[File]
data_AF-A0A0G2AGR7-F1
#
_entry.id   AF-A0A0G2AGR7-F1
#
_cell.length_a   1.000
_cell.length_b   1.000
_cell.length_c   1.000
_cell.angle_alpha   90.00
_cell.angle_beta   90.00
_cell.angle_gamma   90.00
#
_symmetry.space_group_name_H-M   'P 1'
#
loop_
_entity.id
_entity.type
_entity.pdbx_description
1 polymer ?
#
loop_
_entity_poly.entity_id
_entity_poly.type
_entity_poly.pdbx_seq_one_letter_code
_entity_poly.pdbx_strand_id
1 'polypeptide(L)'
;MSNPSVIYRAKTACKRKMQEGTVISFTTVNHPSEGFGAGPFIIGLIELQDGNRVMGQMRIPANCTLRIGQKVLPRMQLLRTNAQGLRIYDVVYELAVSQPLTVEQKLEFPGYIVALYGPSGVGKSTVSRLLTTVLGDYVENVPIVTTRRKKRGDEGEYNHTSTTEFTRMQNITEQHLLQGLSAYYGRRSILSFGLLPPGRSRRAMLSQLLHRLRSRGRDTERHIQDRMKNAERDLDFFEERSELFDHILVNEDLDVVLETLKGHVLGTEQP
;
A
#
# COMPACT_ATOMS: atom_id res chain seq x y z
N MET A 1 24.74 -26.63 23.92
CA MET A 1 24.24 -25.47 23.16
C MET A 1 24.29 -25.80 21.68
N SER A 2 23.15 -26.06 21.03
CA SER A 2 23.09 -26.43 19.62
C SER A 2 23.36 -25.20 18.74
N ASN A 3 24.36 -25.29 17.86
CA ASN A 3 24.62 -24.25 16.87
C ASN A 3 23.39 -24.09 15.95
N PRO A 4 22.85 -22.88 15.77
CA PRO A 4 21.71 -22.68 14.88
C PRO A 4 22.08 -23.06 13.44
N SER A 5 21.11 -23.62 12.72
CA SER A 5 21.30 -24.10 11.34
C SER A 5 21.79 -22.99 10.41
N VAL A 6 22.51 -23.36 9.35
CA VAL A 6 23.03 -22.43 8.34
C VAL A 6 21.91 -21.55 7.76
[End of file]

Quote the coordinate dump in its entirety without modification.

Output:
data_AF-A0A0G2AGR7-F1
#
_entry.id   AF-A0A0G2AGR7-F1
#
_cell.length_a   1.000
_cell.length_b   1.000
_cell.length_c   1.000
_cell.angle_alpha   90.00
_cell.angle_beta   90.00
_cell.angle_gamma   90.00
#
_symmetry.space_group_name_H-M   'P 1'
#
loop_
_entity.id
_entity.type
_entity.pdbx_description
1 polymer ?
#
loop_
_entity_poly.entity_id
_entity_poly.type
_entity_poly.pdbx_seq_one_letter_code
_entity_poly.pdbx_strand_id
1 'polypeptide(L)'
;MSNPSVIYRAKTACKRKMQEGTVISFTTVNHPSEGFGAGPFIIGLIELQDGNRVMGQMRIPANCTLRIGQKVLPRMQLLRTNAQGLRIYDVVYELAVSQPLTVEQKLEFPGYIVALYGPSGVGKSTVSRLLTTVLGDYVENVPIVTTRRKKRGDEGEYNHTSTTEFTRMQNITEQHLLQGLSAYYGRRSILSFGLLPPGRSRRAMLSQLLHRLRSRGRDTERHIQDRMKNAERDLDFFEERSELFDHILVNEDLDVVLETLKGHVLGTEQP
;
A
#
# COMPACT_ATOMS: atom_id res chain seq x y z
N MET A 1 24.74 -26.63 23.92
CA MET A 1 24.24 -25.47 23.16
C MET A 1 24.29 -25.80 21.68
N SER A 2 23.15 -26.06 21.03
CA SER A 2 23.09 -26.43 19.62
C SER A 2 23.36 -25.20 18.74
N ASN A 3 24.36 -25.29 17.86
CA ASN A 3 24.62 -24.25 16.87
C ASN A 3 23.39 -24.09 15.95
N PRO A 4 22.85 -22.88 15.77
CA PRO A 4 21.71 -22.68 14.88
C PRO A 4 22.08 -23.06 13.44
N SER A 5 21.11 -23.62 12.72
CA SER A 5 21.30 -24.10 11.34
C SER A 5 21.79 -22.99 10.41
N VAL A 6 22.51 -23.36 9.35
CA VAL A 6 23.03 -22.43 8.34
C VAL A 6 21.91 -21.55 7.76